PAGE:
Your journey to stardom I feel like is so unconventional. Talk about trying to remain anonymous at the start of your career.
I didn’t show my face at first because I had a job lined up and if rap didn’t work out, I didn’t want anyone out here knowing I was rapping about MILFs and all this sh-t. I hid my face for a year-and-a-half and I didn’t even tell a lot of my good friends. I didn’t wanna be that guy forcing my mixtape on people.
The first person who I knew personally that figured out that I was rapping outside of my roommates was this kid who found a link on Reddit deep from SoundCloud and he heard it and it’s just a picture of a pin-up girl and said, “I know this is you. I can tell this is you, nobody else would be rapping about this.” I knew the kid well, but not super well. That was a good indicator that I really am the same person outside of music. That’s when I was like, “Alright, I should start sending this out to the homies.”
How was your childhood growing up in Minnesota? Can you talk about your dad raising you while he was in his 60s?
My dad came over here from Switzerland when he was like 20. He had another wife before my mom so I have half-siblings that are way older. He passed away when I was 16, so both my parents are older than most. My dad was 63 and my mom was 42 when I was born. My dad had a strong Swiss-German accent. Both of them worked in medicine and my mom was a therapist and my dad studied insomnia.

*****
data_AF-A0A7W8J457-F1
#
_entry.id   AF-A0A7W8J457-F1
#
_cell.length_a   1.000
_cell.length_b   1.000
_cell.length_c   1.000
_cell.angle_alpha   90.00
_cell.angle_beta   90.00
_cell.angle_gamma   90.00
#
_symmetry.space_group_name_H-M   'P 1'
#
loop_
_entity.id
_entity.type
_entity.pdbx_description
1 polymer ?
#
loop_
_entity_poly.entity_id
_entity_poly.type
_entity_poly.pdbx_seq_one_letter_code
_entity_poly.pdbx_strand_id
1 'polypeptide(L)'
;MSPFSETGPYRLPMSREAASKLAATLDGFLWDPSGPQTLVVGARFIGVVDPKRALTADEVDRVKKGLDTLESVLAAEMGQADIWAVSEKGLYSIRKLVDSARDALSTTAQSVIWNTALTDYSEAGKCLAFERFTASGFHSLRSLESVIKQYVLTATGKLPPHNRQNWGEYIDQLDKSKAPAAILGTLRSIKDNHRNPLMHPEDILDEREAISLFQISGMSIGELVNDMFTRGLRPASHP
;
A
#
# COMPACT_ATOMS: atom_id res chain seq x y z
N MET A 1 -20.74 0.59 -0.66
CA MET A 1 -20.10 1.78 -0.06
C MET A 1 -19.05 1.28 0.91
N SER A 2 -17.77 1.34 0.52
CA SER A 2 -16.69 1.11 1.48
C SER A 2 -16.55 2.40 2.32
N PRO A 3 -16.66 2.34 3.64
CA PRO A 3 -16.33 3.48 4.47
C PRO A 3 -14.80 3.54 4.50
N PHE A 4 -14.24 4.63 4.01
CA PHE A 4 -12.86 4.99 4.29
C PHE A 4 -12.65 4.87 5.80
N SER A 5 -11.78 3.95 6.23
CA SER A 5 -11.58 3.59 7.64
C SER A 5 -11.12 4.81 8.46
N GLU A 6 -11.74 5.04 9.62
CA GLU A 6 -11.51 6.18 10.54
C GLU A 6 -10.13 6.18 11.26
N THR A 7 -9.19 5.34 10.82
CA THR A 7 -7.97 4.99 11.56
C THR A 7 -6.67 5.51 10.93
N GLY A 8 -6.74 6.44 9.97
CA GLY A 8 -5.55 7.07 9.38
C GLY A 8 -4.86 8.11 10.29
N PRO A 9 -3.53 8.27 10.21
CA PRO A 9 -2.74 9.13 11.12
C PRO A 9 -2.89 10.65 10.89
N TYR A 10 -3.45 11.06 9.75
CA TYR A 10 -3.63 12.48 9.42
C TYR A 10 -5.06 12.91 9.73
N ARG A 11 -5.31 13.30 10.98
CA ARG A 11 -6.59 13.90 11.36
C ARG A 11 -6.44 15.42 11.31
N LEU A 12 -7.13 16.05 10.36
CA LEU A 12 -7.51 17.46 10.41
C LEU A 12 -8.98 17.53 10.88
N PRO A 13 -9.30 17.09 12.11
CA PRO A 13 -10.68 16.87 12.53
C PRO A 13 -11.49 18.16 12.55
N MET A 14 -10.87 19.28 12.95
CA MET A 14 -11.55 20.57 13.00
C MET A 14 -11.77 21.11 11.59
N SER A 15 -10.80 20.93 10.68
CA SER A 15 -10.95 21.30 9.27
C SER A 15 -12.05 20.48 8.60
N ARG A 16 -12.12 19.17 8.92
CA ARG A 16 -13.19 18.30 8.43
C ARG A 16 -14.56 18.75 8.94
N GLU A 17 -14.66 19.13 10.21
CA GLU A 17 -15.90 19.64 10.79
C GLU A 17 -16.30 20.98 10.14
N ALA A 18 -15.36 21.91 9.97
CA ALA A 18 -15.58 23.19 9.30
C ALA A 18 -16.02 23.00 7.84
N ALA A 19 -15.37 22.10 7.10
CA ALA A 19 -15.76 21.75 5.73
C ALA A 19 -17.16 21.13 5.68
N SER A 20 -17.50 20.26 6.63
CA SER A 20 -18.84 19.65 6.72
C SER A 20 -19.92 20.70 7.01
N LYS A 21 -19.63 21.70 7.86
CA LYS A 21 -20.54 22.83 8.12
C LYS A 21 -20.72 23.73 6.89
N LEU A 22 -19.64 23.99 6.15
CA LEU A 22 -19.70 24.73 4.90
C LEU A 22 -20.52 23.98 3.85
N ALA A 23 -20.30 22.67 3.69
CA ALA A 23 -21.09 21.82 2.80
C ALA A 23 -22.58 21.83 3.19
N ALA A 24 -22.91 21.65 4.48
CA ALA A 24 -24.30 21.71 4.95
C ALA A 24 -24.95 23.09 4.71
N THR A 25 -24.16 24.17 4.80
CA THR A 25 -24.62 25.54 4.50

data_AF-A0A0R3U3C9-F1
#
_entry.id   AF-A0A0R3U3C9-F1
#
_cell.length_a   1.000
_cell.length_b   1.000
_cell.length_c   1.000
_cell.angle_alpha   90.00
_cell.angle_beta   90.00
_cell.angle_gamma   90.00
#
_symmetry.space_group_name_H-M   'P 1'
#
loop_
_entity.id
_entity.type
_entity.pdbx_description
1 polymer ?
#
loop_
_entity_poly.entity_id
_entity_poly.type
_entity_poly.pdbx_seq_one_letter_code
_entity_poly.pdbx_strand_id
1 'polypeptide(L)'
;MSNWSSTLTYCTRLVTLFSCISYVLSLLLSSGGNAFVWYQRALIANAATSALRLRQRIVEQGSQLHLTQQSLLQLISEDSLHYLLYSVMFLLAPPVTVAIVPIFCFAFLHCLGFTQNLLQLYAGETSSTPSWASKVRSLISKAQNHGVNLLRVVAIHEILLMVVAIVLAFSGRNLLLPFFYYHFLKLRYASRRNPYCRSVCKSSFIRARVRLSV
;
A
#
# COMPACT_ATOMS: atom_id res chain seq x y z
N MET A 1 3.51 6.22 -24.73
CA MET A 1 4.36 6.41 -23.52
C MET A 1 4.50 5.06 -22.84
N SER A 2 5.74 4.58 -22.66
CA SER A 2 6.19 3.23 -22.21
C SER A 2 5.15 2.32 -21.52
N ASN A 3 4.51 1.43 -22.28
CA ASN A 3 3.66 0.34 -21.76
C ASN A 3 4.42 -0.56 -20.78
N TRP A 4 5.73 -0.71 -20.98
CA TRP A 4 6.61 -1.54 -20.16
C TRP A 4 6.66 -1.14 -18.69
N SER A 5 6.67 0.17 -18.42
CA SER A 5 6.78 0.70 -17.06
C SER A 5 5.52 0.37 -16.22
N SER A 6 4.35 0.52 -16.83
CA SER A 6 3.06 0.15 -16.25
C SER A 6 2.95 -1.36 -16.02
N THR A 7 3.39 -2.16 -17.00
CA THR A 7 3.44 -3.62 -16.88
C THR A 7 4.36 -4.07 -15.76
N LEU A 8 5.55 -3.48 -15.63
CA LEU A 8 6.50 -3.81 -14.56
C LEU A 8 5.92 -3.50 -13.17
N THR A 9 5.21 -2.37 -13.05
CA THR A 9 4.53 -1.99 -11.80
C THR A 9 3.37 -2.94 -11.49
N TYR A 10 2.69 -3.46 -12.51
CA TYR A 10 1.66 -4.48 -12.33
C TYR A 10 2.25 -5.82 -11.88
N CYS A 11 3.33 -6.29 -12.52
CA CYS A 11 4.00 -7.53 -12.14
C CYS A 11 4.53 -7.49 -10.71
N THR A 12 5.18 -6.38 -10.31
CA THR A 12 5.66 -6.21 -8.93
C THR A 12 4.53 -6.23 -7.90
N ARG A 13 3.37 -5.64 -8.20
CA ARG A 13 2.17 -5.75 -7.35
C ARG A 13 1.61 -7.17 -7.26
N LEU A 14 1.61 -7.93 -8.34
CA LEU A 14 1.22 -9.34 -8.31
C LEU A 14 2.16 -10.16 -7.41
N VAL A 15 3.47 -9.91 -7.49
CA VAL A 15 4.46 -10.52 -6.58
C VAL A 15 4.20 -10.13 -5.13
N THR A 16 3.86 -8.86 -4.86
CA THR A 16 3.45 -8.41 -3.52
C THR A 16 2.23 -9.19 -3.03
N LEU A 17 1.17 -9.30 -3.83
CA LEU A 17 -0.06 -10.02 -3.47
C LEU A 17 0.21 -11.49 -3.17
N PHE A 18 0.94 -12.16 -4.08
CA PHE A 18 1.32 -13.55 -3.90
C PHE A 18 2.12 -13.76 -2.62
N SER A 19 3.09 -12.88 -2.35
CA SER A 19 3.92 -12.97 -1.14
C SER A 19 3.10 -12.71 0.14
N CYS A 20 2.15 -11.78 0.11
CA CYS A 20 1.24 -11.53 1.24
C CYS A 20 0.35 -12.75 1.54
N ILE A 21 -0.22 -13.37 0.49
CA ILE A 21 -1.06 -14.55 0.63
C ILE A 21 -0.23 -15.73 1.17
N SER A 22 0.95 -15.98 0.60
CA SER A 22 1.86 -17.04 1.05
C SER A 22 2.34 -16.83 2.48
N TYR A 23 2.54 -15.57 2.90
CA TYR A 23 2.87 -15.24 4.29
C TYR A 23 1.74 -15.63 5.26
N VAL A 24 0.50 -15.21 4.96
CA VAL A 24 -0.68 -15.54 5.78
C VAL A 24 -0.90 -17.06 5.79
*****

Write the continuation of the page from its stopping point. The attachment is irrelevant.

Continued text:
Where I’m from, everyone works in medicine because we have like the biggest hospital in the world in my hometown. I feel like I had a really good childhood because they were experienced since my dad had raised a kid three times before. My mom is just the sweetest person ever, so I got really lucky with my parents. It was hard when my dad passed, but he taught me everything and inspired me to really work hard to impress him.
Did they have an influence on your music taste?
Interestingly enough, my dad would listen to classical music. Exactly what you’d expect from an old Swiss dude. My mom would listen to Elton John, but my taste kinda developed from me coming home from high school and going on YouTube and listening to soul oldies and going through LimeWire. I was listening to music but I didn’t have a favorite until I discovered soul and funk when I thought this was so much better. I had been listening to Guns N’ Roses and s–t, but my favorite is soul.
How did you start being the “MILF guy,” was that in high school?